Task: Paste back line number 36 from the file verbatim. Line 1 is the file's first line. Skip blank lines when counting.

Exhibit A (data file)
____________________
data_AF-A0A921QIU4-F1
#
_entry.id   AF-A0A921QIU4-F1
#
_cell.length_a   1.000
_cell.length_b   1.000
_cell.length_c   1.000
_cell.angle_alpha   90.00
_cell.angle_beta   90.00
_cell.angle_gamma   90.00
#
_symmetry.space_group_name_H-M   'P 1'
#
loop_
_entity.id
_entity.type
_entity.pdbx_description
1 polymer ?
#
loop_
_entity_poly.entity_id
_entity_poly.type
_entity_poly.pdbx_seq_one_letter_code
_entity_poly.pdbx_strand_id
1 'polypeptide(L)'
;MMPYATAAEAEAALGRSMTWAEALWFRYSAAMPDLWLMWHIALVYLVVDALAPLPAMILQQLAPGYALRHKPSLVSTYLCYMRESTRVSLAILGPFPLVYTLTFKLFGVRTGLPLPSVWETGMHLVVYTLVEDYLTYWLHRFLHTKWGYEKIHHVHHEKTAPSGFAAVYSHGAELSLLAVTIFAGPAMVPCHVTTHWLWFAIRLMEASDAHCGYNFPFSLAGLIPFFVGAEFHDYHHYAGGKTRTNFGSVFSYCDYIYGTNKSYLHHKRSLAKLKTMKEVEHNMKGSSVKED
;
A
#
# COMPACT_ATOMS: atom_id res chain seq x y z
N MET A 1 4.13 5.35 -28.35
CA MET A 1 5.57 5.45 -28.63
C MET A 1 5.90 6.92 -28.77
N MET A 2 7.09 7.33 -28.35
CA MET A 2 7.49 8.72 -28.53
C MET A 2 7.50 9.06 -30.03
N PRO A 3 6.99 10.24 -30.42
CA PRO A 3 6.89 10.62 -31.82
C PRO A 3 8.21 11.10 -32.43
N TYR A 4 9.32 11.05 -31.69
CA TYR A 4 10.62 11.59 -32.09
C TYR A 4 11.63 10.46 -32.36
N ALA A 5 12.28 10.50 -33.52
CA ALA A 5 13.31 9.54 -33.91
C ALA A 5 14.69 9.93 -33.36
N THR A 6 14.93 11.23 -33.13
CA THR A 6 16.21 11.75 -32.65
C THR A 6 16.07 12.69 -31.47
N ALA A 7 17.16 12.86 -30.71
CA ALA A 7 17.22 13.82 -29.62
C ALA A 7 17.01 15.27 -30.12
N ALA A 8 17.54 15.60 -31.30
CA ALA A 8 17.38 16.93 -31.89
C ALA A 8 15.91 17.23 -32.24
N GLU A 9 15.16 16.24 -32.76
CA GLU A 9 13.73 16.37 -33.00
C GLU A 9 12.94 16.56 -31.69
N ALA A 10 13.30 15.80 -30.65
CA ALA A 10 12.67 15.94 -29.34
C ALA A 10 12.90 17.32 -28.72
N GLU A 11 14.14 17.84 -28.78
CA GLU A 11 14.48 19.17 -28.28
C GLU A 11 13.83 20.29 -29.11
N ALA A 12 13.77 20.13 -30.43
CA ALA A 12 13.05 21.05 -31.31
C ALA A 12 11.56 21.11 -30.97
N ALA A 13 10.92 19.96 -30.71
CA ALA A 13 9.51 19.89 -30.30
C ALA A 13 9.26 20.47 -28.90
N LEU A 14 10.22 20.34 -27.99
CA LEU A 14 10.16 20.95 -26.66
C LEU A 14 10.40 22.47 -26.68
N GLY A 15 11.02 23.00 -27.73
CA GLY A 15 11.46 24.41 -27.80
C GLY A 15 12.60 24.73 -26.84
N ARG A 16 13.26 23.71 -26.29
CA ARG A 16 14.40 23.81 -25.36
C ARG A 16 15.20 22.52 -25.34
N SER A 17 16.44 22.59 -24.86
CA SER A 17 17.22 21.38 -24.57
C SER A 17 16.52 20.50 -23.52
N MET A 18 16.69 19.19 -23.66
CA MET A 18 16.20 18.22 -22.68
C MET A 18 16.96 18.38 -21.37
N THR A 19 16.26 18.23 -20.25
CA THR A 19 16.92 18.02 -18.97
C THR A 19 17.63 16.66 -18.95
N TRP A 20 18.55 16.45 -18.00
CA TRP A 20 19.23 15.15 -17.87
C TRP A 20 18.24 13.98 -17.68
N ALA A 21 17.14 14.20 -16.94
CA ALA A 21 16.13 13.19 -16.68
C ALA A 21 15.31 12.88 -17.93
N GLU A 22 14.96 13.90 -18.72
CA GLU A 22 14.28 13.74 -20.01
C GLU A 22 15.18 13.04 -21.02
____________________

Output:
C MET A 2 7.50 9.06 -30.03